Disappointment in Toddlers
Archived Q&A and Reviews
My toddler becomes so disappointed when he doesn't get his way. How can I help him deal with it? (June 1999)Our 2.5 year old periodically does this too -- the best solution we've found is to offer him some new activity to focus on, one that is slightly different from the current one and that keeps the process moving forward. So when he complains about not walking/riding the way he wanted, we suggest that for the next stage of the walk he do something differently, like pretend he's a pony or flying or some such. If we offer the idea with enthusiasm, he usually picks up on it and jumps into the new activity and forgets the pain of the previous one. It isn't a bad life lesson either -- finding something new to do to get over a current disappointment's a pretty useful coping skill.
I have a three year old son, and a daughter in kindergarten, and I have two suggestions:
1) emphasize TAKING TURNS. That was your brothers turn, next time it will be your turn. (or chance, or choice, or whatever).
2) sometimes distraction still works well--even with threes! Good luck.
Both my sons went through periods at about 3-1/2 where they wanted things to be a certain way, and would have a fit when things were different. My personal favorite was my older son's meltdown because he wanted our house to be on the other side of the street. We tried to narrate/discuss our comings and goings as much as possible, and give as much notice of things and as many options as possible to head off the crises. That helped a lot. But some demands were too inconvenient (like going back down the block) or just impossible (like the house location) to meet. We concluded that the kids sometimes just needed to blow, and looked for something that could/would not be changed was a great excuse. The period was intense in both cases, but relatively short. As my grandmother always said, when you think you can't stand it anymore, they change....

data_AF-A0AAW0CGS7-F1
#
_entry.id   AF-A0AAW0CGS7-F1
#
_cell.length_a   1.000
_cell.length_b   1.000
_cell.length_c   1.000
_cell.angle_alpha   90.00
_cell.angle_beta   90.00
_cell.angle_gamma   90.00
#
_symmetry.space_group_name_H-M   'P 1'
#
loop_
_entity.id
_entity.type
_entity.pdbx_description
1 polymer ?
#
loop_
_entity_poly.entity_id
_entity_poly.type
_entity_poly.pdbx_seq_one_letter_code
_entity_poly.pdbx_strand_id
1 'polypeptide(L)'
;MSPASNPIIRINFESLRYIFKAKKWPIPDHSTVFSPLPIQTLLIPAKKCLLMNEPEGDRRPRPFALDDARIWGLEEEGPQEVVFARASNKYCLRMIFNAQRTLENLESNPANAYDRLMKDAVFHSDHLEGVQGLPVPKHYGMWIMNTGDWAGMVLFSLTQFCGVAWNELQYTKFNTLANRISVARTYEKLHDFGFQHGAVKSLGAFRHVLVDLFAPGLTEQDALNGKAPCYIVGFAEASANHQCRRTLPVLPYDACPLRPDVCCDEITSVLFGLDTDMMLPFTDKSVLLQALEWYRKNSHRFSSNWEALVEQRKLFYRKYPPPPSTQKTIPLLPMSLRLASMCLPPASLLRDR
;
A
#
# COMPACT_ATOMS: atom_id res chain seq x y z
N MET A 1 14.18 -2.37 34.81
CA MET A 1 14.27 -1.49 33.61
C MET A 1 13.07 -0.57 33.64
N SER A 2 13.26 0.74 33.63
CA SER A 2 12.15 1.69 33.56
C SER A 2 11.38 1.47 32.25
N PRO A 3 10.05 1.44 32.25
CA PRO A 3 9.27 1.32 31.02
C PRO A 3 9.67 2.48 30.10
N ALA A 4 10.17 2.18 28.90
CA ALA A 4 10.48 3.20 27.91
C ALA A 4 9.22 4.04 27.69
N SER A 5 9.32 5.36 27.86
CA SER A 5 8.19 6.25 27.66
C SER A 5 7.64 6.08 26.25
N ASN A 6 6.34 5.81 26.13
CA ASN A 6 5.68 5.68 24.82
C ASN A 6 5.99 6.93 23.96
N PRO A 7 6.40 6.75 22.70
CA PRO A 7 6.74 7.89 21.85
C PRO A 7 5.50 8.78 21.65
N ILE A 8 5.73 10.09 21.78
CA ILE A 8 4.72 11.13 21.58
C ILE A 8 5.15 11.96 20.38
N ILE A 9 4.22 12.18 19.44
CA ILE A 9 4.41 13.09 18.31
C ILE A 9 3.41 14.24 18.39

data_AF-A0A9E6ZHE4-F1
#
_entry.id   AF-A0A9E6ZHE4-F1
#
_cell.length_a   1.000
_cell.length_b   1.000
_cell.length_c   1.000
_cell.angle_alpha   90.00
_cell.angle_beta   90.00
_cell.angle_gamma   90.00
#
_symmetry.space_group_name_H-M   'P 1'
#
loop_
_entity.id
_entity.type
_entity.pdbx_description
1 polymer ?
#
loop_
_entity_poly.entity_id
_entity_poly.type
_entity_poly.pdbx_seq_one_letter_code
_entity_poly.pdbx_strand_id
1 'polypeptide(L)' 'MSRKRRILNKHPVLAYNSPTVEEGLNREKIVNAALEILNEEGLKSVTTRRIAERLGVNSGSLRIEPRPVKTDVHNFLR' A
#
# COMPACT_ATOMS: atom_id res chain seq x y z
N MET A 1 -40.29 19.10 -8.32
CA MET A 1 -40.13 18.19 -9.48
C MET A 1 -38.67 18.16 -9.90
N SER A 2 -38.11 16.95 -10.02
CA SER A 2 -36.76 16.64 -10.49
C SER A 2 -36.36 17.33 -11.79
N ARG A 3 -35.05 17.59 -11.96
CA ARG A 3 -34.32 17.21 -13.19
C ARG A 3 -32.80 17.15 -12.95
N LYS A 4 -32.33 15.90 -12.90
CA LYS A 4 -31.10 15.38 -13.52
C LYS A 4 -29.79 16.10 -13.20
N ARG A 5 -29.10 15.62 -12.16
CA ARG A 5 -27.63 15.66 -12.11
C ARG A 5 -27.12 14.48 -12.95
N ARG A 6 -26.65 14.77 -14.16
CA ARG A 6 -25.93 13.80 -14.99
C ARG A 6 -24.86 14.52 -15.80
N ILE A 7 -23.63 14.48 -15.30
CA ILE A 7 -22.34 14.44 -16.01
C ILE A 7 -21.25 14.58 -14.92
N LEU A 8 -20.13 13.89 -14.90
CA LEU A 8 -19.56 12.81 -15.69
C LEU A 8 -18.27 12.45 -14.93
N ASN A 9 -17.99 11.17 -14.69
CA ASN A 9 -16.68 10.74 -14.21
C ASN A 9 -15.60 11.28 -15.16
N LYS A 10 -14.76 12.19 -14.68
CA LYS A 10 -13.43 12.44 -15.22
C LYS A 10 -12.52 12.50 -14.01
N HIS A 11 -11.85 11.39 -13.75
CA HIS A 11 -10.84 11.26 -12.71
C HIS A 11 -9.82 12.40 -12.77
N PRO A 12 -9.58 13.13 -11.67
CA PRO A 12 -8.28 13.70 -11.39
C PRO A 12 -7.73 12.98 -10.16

Although my daughter is younger than your son, her strive for independence/self-sufficiency is very strong. I give choices right from the beginning instead of doing anything for her, i.e. every evening I have her select the order of her four goodnight books - and she always changes her preferred sequence. For daily schedules, I will tell her in advance what the day is going to be like and offer her simple and safe choices as I see them come up. Do you want to put on the black shoes or the white shoes? We are feeding the fish now, do you want to open the container or should Mommy open it? We are going for a walk, do you want to walk to ahead or behind? It's just part of our natural conversation and language acquisition - it gives us something to talk about. (If I were to just pick a goodnight book without checking with her if that one is okay with her, she would assert herself and pick another one - just because). Maybe that's the kind of dialogue you want to get going. It's not convenient for the parent, but it is helpful for the child.
I've been down this road with my older son and sometimes still go there :-) I think the key is to acknowledge the feelings and give your son the opportunity to cry *in a supportive environment*. This is very different from saying too late buddy, using a time-out which essentially alienates him, or letting him cry it out. In all of those the parent disengages. This is also different from telling the kid to stop crying or stifling their emotional expression. We do try to pick our battles and accomodate our kids as much as we can, but we also set limits and there are always going to be disappointments. When that happens I'll make sure to say, I know, you really wanted to do X. Sometimes we have to set a limit about where and when to cry: You can go back in the restaurant when you're done crying.
I think that at this age kids are desperate to have a little control over their environment. If you think about it they're pretty powerless. One thing I did was to allow him to set certain rituals which I agreed to abide by as long as they weren't arbitrary. So, I know that whenever we get into the car he wants to get into his carseat first, before his younger brother. I always give him the opportunity, but if he's dawdling I'll say, If you want to be first you have to be in your seat by the time I count to three. Your brother is heavy and I want to put him down.